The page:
JERUSALEM (Rahnuma) UN peace envoy Nickolay Mladenov on Tuesday voiced concerns over Israel’s decision to impose fresh sanctions on the blockaded Gaza Strip.
“I’m concerned by the consequences of Israel’s decision to temporarily suspend imports and exports with the exception of basic humanitarian supplies through the Kerem Shalom crossing,” Mladenov said in a statement.
“Humanitarian assistance is no substitute for commerce and trade. I urge the authorities to reverse this decision,” he said.
On Monday, Israel imposed fresh sanctions on the Palestinian territory, including restrictions on the movement of goods and a reduction of the area off Gaza’s coast in which Palestinian fishermen are allowed to ply their trade.
According to a statement released by the Israeli army, the Kerem Shalom border crossing will be closed in response to “incendiary kite attacks” by Palestinian activists.
The military statement did not say how long the crossing — which had served as Gaza’s only functioning commercial crossing — would remain closed.
The UN envoy called on Palestinian group Hamas and other factions in Gaza to do their part by “maintaining calm, stopping incendiary kites and preventing other provocations”.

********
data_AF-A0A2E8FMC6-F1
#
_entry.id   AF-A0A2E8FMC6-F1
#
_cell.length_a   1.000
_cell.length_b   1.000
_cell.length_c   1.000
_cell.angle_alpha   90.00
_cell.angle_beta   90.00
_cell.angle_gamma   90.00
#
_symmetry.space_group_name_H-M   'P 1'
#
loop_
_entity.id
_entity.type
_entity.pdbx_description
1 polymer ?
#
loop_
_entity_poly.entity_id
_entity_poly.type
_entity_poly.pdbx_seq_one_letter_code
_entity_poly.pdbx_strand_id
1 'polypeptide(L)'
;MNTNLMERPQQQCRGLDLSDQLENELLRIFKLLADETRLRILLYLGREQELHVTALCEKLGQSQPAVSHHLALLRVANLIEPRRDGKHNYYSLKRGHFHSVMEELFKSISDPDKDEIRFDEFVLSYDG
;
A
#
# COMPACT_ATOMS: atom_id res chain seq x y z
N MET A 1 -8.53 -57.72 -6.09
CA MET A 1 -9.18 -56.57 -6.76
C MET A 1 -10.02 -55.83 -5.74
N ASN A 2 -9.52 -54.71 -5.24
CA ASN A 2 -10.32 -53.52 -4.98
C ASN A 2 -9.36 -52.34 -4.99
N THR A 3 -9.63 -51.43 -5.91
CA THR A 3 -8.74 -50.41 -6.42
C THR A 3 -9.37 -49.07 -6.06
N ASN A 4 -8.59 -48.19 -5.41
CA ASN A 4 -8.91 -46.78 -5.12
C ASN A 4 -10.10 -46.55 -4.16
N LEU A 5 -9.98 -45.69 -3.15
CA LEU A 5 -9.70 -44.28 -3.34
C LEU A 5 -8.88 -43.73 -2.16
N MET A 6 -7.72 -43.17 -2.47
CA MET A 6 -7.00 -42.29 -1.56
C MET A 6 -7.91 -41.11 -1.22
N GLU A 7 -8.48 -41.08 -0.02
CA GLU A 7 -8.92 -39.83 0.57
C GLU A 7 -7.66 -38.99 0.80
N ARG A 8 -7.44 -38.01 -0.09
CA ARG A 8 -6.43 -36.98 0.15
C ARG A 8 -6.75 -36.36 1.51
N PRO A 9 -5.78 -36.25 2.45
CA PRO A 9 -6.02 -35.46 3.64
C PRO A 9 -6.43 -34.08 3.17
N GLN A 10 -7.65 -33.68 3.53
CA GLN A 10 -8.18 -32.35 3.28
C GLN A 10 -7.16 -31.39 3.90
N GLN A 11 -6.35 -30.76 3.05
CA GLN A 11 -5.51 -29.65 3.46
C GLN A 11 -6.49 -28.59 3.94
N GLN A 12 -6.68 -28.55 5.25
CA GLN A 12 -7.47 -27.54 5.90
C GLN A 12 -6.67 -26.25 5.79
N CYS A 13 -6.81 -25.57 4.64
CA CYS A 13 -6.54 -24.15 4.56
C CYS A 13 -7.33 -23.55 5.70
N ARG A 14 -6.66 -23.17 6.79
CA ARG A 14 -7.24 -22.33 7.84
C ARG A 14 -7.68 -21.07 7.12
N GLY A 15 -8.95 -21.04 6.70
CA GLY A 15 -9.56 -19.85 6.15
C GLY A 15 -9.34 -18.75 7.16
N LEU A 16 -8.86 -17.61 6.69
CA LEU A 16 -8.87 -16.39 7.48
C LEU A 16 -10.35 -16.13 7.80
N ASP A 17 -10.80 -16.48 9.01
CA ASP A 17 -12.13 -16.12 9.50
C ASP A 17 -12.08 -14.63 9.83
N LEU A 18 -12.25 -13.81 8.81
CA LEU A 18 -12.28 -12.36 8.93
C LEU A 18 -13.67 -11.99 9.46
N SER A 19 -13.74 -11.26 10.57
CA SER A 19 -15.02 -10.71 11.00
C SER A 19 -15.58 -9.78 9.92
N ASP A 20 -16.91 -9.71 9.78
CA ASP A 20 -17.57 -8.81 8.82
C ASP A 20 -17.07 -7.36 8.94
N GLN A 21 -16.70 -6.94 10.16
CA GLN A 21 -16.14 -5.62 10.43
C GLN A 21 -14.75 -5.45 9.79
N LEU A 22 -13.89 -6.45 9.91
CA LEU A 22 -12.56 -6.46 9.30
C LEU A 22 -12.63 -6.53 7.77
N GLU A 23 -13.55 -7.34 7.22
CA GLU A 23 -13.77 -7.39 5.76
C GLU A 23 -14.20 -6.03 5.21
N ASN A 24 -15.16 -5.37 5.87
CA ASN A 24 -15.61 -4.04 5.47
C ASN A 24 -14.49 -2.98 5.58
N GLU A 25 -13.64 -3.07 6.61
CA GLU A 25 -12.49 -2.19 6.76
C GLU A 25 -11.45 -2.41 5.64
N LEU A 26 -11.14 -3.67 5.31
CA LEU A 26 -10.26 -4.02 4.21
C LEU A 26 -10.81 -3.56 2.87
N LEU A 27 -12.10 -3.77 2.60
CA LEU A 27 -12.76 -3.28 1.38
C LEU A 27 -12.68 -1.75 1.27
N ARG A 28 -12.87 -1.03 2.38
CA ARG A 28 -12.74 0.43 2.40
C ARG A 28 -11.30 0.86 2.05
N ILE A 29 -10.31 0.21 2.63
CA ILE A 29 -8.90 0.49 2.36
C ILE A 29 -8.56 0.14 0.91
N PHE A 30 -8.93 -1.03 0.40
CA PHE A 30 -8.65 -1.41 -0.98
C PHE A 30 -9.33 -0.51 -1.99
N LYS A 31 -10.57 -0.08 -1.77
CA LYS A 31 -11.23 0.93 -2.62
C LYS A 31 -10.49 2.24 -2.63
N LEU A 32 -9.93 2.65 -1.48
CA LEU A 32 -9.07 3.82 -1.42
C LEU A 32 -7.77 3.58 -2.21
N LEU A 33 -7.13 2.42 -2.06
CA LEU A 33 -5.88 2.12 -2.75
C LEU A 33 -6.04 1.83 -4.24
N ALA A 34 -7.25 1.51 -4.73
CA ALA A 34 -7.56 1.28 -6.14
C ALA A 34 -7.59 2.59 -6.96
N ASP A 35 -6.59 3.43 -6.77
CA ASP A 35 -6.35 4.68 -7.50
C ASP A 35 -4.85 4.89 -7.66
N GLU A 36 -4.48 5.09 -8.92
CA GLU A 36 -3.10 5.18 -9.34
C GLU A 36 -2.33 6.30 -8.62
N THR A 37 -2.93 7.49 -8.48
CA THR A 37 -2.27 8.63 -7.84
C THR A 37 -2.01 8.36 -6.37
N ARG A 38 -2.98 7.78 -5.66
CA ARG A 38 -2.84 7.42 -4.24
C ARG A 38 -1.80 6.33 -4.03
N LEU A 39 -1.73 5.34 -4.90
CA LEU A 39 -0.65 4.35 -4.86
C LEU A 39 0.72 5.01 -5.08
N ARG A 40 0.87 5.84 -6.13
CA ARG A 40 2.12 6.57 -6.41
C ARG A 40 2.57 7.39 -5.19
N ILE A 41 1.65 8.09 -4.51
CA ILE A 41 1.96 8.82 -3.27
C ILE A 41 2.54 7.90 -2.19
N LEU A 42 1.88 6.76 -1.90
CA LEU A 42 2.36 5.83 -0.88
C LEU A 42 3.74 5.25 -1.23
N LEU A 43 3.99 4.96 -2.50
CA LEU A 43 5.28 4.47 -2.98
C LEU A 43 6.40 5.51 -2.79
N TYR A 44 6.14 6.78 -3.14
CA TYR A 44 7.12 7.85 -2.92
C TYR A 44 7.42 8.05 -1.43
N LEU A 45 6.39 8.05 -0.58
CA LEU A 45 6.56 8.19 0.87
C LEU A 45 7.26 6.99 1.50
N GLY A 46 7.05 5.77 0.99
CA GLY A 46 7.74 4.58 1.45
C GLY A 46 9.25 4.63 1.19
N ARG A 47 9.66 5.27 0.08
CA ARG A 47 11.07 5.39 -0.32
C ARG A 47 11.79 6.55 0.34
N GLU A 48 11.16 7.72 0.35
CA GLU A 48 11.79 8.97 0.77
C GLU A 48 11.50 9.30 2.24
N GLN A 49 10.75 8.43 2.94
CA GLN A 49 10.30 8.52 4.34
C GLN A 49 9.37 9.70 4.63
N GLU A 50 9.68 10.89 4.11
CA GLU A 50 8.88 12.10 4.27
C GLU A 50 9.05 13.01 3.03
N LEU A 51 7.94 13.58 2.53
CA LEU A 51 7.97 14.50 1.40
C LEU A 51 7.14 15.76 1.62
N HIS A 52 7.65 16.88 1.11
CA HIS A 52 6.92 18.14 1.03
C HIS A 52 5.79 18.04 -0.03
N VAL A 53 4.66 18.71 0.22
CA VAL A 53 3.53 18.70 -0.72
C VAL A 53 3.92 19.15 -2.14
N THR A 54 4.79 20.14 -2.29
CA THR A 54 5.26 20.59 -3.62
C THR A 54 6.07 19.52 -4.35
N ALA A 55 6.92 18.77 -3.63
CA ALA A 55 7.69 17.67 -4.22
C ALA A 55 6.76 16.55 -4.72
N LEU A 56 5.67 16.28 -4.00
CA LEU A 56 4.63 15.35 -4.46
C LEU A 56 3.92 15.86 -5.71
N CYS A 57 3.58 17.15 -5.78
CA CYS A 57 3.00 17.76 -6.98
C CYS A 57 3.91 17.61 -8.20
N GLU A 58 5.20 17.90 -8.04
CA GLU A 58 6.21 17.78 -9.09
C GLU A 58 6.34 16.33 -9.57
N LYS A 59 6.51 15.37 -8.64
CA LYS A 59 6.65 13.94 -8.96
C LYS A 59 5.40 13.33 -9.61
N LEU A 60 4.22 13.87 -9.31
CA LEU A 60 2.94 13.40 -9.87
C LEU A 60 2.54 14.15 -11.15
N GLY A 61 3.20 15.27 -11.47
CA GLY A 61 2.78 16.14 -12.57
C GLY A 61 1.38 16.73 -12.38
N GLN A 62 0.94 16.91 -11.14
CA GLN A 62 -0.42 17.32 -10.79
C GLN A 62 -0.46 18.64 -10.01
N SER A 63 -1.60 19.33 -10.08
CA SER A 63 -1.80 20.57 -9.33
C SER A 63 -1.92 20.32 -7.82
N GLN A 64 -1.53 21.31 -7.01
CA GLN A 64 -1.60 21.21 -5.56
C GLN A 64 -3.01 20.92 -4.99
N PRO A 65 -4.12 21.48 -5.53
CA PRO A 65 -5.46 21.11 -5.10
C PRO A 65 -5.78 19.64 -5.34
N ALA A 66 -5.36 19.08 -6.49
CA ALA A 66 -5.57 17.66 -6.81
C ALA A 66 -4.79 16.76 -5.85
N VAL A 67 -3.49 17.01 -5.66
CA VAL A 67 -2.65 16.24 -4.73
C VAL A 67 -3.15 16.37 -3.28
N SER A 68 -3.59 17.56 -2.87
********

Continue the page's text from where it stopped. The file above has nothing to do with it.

The UN “is continuing its engagement with Israeli and Palestinian counterparts, as well as regional and international partners, to reduce tensions, support intra-Palestinian reconciliation and resolve all humanitarian challenges,” Mladenov said.
In recent weeks, Palestinian activists have been flying incendiary kites and balloons over Israeli territory as part of ongoing popular demonstrations near the Gaza-Israel security fence.
Since the demonstrations began on March 30, at least 137 Palestinian protesters have been martyred — and thousands more injured — by Israeli army gunfire.
Protesters demand the “right of return” to their homes and villages in historical Palestine from which they were driven in 1948 to make way for the new state of Israel.
They also demand an end to Israel’s 11-year blockade of the Gaza Strip, which has gutted the coastal enclave’s economy and deprived its roughly two million inhabitants of basic commodities.